6 Tips For Balancing on the Solo Tightrope

Don't overlook old-fashioned networking.

Practicing solo can feel like you’re juggling while walking a high wire blindfolded.

That balancing act is even more difficult in a pandemic. On top of the daily responsibilities of running your business, taking care of your clients and maintaining some semblance of work-life balance, you now have to worry about COVID pressures.

But by following some basics – like using technology wisely and joining peer networks – you can ease the pressure.

“The administrative functions that come with a solo practice—and particularly, if you have no support staff—can seem overwhelming,” says Roberta Tepper, director of Lawyer Assistance Programs at the State Bar of Arizona, where she advises lawyers on starting and running their practices. “But it doesn’t have to be. You don’t have to re-invent the wheel. Help is out there, and you can learn from those who have mastered this balancing act.”

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At the Arizona State Bar, Tepper is director of Practice 2.0 – a practice management program that assists solo and small firm lawyers – and she also runs the bar’s mentorship program. Here are some of her suggestions for easing the burdens of practicing solo:

  1. Take advantage of practice management software. “This is the way to organize your digital files, keep time records, do billing, accept payments, and more,” she writes for Law Practice Today. “Practice management software is not a one-size-fits-all solution. You will need to take a little time to play with your top contenders to see which one looks and feels best to you.” Key tools include forms templates, messaging apps and automated assistants.
  2. Get help from your state bar association’s practice management program. Most state bars have one, and many also offer the services of a practice management advisor (PMA).
  3. Watch what you spend. “Be very analytical and honest about your skillset—and about what you just can’t do,” writes Tepper. “For example, hiring someone to help you may seem expensive at first blush, but it may actually be a frugal choice. How long does it take, for example, for you to do your monthly billing? If it takes you 10 hours a month, multiply that by your hourly rate. Let’s say it is $200 an hour. The time you spend billing is time you could be doing legal work. So rather than forfeiting $2,000 of time a month, does it make sense for you to spend $500 a month to get your bills out on time?”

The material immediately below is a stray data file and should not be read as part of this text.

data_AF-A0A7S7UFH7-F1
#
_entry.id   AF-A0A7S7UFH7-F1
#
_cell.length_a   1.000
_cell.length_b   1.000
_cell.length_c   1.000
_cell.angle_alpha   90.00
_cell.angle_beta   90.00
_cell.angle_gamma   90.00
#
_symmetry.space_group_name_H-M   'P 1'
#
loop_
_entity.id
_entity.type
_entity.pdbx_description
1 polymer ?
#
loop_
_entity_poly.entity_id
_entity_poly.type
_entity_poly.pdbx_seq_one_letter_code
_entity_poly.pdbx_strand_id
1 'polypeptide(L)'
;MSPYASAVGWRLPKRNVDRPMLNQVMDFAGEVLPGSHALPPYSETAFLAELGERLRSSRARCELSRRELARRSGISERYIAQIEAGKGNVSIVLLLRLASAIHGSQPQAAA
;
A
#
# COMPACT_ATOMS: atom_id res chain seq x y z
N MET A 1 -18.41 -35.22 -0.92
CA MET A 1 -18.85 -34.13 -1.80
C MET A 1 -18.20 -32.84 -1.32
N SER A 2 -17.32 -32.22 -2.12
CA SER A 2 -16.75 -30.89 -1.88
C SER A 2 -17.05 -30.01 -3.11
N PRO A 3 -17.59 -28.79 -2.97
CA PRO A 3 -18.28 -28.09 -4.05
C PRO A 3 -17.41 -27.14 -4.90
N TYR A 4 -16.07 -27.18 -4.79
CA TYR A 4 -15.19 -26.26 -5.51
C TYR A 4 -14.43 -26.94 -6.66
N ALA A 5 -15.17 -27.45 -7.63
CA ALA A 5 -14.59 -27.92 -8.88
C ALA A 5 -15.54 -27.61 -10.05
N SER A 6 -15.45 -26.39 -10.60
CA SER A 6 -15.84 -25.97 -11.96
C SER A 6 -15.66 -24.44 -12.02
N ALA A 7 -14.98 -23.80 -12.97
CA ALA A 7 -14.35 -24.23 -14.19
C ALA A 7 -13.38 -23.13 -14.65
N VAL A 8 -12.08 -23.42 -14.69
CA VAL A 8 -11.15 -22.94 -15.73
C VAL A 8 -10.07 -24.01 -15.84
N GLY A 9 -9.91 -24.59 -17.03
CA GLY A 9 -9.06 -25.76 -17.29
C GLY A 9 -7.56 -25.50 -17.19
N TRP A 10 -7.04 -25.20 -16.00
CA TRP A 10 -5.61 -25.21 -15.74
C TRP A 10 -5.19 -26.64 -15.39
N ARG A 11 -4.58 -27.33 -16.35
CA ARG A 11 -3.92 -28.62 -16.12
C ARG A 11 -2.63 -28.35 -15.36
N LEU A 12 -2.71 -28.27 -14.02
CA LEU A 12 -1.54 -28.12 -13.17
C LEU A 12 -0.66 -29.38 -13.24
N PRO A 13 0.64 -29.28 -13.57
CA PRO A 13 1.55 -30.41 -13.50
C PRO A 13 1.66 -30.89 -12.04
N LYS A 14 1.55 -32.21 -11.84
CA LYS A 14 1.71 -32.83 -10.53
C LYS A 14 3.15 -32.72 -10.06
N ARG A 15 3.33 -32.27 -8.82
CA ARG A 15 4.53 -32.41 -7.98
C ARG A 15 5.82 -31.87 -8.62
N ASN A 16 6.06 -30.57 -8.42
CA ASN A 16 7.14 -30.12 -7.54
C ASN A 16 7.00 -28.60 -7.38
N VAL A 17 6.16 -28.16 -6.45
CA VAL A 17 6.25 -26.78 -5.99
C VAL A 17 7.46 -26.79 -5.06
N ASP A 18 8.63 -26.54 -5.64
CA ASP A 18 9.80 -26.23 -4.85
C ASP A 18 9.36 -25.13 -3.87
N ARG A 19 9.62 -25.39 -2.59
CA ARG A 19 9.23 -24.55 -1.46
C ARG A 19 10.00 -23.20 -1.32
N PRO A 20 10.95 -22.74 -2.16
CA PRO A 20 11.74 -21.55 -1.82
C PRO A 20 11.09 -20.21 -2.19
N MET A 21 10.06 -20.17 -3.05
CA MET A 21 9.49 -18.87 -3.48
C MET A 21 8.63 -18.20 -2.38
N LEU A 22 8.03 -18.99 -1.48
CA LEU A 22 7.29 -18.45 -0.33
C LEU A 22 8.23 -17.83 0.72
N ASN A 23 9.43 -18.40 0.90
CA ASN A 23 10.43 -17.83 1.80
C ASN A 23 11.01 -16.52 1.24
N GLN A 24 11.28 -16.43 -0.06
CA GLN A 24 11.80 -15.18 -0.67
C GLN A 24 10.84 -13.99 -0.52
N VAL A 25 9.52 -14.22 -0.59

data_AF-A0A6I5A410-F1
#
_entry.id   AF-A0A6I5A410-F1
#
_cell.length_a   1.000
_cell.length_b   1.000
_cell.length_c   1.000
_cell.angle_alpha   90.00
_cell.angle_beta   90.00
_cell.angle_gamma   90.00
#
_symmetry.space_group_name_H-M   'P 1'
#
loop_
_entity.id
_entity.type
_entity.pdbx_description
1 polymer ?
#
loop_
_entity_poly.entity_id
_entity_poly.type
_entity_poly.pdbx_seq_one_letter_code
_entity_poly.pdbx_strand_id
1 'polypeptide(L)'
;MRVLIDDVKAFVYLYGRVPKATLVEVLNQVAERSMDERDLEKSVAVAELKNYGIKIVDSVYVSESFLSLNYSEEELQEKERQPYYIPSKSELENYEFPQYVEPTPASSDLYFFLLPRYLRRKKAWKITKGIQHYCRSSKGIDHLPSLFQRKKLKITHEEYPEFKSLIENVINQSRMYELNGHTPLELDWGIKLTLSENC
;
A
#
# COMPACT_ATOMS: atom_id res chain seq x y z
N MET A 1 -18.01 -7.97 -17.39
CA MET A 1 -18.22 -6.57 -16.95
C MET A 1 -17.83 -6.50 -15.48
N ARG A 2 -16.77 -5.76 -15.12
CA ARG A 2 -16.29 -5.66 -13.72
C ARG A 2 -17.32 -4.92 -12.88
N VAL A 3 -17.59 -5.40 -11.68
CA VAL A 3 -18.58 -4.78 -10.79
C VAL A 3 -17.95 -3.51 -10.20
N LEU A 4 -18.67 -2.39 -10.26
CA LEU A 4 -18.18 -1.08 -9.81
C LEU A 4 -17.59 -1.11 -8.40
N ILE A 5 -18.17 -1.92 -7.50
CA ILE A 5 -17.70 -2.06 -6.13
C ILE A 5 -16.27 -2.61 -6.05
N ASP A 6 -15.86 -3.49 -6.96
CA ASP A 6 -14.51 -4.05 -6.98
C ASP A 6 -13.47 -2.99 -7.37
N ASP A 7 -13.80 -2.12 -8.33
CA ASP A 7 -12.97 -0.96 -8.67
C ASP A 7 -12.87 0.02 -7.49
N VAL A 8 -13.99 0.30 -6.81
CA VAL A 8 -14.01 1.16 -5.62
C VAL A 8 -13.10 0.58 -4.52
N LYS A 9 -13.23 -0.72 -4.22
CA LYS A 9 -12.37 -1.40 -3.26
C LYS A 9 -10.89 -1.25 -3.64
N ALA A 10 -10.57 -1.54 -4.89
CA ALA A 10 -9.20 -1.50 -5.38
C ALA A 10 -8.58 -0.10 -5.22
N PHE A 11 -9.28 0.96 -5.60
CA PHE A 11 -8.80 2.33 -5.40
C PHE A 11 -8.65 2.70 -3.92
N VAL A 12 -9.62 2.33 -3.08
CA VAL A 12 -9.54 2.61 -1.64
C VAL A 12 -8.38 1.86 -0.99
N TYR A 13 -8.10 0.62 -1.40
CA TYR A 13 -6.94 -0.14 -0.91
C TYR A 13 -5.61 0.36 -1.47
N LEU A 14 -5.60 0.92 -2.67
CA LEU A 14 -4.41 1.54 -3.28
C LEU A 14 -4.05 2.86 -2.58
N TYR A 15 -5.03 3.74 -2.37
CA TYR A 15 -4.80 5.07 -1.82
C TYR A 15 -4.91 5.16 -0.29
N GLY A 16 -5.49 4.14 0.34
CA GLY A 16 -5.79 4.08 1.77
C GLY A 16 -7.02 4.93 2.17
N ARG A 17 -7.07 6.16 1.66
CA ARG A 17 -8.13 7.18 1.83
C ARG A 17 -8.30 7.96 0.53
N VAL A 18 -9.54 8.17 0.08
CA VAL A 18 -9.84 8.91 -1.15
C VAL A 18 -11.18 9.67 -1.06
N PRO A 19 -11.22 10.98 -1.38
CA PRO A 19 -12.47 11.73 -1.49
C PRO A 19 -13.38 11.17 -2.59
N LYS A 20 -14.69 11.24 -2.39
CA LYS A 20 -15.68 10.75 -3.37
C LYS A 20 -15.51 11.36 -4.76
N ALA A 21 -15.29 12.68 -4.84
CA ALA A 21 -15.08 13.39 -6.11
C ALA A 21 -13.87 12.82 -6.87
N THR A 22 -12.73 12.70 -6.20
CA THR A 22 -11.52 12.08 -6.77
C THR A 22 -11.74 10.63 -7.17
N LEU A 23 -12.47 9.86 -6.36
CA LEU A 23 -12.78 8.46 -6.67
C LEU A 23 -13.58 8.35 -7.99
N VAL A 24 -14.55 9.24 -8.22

4. Practice self-care. “You can’t do your best work if you are over-stressed, over-worked, and just plain tired,” she writes.
  5. Monitor your efficiency. “Be aware of your habits—some of which you may not have consciously noticed,” she writes. “For example, MyAnalytics, a feature included with Office 365, will help you identify your working habits; last week it told me that I check emails within 17 minutes of receiving them and suggested that I could be more productive if I checked emails only once an hour. Voice mail, automatic replies, and virtual receptionists are some of the tools you may use to be sure you aren’t constantly interrupted, and that your clients get a response telling them when you will return their calls or messages.”
  6. Look for networking opportunities. “Solo practice—particularly for those lawyers who work virtually, at home, and/or without administrative staff—can be very isolating. Even the most introverted lawyer needs to be connected to other lawyers. This is not only a social imperative; networking requires personal contact. People refer clients to people they know, like, and trust. The fastest way to establish those vital connections is in person. Get involved with your state or local bar association; find continuing legal education classes to attend; and join committees, working groups, or sections that interest you. Get involved with affinity bar associations or volunteer for an access-to-justice program.”

What tips would you suggest for staying sane while practicing solo?

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